15. 15. Combined Transportation and Utilities Center Study Page 5 II. SUMMARY OF MEETING NOTES AND SITE/FACILITY INVESTIGATION Participants: Garry Curry Assistant County Administrator James “Chris” Dawson Director, Utilities Department Brent Payne Assistant Director, Utilities Dept. Wes McIntyre Director, Bldgs. & Grounds/Mosquito Contr. John Hutchinson Asst. Schools Supt. Operations Scott Shorland Construction Manager, Schools Anne Lanan Schools, Director of Transportation Larry Lawson Schools, Vehicle Maint. Shop Foreman Captain Mark Hawkins Sheriff’s Department Richard Corner Hudson + Associates Architects STUDY OVERVIEW 1. UTILITIES MAINTENANCE DEPT.: This unit needs a large, open site for “yard” laydown of materials, equipment and vehicles, plus warehouse storage of utility components and materials. Major vehicles include dump trucks, generators, backhoes and “Vac Truck” (used to vacuum sewer lines clean). Current facilities occupy multiple sites, separated by sizable distances. Office, lockers, showers and shop space are needed for personnel who maintain the water and sanitary sewer distribution systems throughout parts of the County. 2. SCHOOLS: Primary mission is to staff, manage, operate and maintain school buses. Current facility is located at Old Page Middle School in purpose-built garage constructed in 1966. Operations and maintenance are currently housed in this facility. Approximately half of the current 112 school buses are routinely stored on site; although all buses are stored on site during summer months. In addition to buses, there are several motorpool and assigned-personnel vehicles that require periodic maintenance. This is one of three sites that currently supports vehicle fueling. On-site parking for staff and school bus drivers must be included. 3. COUNTY: County-owned vehicles include a broad range of vehicles and trailered equipment that is scattered over several locations in the County. Many are stored in the motorpool area next to the Courthouse facilities. These are currently maintained at a small, two-bay garage located off Route 17 at the intersection with Providence Road. Mosquito Control also stores its materials and trucks in an adjacent space. There is limited on-site storage needed, as many items of equipment, for example, used by Parks and Rec, will remain stored off-site. 4. SHERIFF’S DEPARTMENT: The Sheriff’s Office has not participated directly in the conversation about a future vehicle maintenance facility. Sheriff’s vehicles predominantly include cruisers for officers, vans and a large tactical/ emergency response truck currently sheltered next to the sheriff’s operations center and jail. All sheriff’s vehicles are currently maintained by private entities; however, this was not always the case. The Sheriff’s Office opted for outsourced maintenance due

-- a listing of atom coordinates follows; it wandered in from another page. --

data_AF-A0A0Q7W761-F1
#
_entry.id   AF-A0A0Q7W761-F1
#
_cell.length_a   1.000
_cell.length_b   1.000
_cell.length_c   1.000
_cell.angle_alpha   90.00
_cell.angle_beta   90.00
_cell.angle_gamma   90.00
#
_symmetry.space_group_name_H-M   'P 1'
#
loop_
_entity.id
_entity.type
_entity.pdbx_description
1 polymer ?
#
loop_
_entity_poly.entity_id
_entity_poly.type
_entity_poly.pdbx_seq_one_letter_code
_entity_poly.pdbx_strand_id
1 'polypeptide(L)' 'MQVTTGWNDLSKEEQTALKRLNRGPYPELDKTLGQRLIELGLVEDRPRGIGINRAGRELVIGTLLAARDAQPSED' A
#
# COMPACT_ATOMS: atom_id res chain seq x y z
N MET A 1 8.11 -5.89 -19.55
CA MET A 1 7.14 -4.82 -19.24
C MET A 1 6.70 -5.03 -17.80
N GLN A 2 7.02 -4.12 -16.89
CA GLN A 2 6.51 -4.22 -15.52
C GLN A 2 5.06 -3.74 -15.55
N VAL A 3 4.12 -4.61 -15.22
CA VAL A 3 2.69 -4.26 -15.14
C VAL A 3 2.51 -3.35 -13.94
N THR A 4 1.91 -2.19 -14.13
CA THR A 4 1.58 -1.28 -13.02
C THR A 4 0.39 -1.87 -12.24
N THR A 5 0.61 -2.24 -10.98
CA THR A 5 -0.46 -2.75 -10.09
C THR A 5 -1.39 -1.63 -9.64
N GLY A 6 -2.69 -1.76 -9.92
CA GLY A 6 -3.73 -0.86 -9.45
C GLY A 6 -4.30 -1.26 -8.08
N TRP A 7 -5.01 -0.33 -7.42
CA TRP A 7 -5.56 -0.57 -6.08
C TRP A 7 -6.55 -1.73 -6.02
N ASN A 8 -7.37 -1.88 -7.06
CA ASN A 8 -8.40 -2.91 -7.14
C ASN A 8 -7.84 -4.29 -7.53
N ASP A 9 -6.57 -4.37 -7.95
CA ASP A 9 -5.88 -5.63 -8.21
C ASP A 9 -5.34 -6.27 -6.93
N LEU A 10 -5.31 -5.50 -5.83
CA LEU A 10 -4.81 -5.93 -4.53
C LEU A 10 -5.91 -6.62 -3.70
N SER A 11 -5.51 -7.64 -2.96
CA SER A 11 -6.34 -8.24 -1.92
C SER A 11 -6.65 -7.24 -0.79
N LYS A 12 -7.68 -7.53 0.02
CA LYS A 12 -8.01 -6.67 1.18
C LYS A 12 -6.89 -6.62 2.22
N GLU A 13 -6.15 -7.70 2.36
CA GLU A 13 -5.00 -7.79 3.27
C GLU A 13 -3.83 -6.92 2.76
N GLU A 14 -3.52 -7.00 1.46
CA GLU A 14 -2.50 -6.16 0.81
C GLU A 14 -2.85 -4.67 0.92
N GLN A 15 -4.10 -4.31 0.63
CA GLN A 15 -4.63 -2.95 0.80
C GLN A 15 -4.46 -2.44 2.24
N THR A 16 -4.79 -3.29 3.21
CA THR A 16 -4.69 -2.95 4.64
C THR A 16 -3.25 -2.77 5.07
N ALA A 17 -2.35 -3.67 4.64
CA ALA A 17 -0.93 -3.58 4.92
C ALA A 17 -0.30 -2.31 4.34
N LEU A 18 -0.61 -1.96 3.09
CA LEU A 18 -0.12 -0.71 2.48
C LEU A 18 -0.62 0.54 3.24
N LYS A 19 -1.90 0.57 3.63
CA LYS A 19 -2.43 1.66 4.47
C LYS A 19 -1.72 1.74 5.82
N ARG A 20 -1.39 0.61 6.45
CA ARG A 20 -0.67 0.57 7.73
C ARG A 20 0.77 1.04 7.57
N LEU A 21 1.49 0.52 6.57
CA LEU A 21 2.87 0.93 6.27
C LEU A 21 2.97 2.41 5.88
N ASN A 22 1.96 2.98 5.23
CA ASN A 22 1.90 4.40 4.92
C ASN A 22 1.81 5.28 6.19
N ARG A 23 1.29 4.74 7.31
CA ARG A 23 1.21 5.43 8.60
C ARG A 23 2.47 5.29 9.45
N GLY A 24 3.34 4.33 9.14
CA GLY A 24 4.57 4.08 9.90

16. 16. Combined Transportation and Utilities Center Study Page 6 to the poor service rendered by limited County capabilities. Improved County- provided vehicle maintenance could reduce costs and downtime for Sheriff Dept. vehicles. It was agreed that, whether the Sheriff Dept. opts to have its vehicles maintained by the County or not, the new Maintenance Facility should be programmed with sufficient capacity to maintain the Sheriff’s vehicles in the future. 5. UTILITIES DEPARTMENT: The Utilities Department is a stakeholder in this Study for two reasons: Its many vehicles, trailers, and equipment (such as backhoes, generators, etc.) require the routine and periodic major maintenance that all other County vehicles require. Additionally, The Utilities Department must maintain the distribution systems (underground pipes, valves, pumping stations and automated controls) for water and sanitary sewer throughout the County. Maintenance for these systems is performed by personnel that are currently housed in a temporary, leased structure. Equipment, materials and distribution system components are stored in multiple, deteriorated sheds that are no longer suitable for such use. Although a Utilities Maintenance Center could be constructed on a separate site, it makes sense to consider consolidating this activity with the other operations and maintenance functions evaluated herein. STUDY OBJECTIVES 6. CONDITION: The conditions encountered at the current County maintenance facilities are antiquated and mediocre at best. Current facilities are limited in size and functionality, and incur inefficiencies due to insufficient storage for tools and spares. Lighting is poor. Powered vehicle exhaust removal is non-existent. Working conditions are tolerable but unpleasant, and not an inducement to retaining qualified personnel. The team visited other vehicle maintenance centers in James City and New Kent Counties and found conditions far better. The #1 objective of this Study is to program a modern replacement facility that is more functional, spacious and flexible, with proper amenities for on-site personnel. 7. CONSOLIDATION: A single garage facility can provide for better maintenance of all County vehicles while also providing a better working environment and amenities for all County and School Board personnel working at the facility. Rather than build two or three separate facilities, a combined facility can address all maintenance, operational and storage needs more economically and efficiently, while accommodating a broad range of activities and vehicle types. 8. OPTIMIZED LOCATION: Under the premise that a single, consolidated facility may optimize all of the identified functions and personnel, this Study will analyze various sites in terms of their suitability for future development. Three sites on County- owned land have been initially proposed for analysis:  Old Page Middle School site (Rt. 17)  Land adjacent to the T.C Walker Center (T.C. Walker Road)  Land Adjacent to the new Page Middle School site (T.C. Walker Road)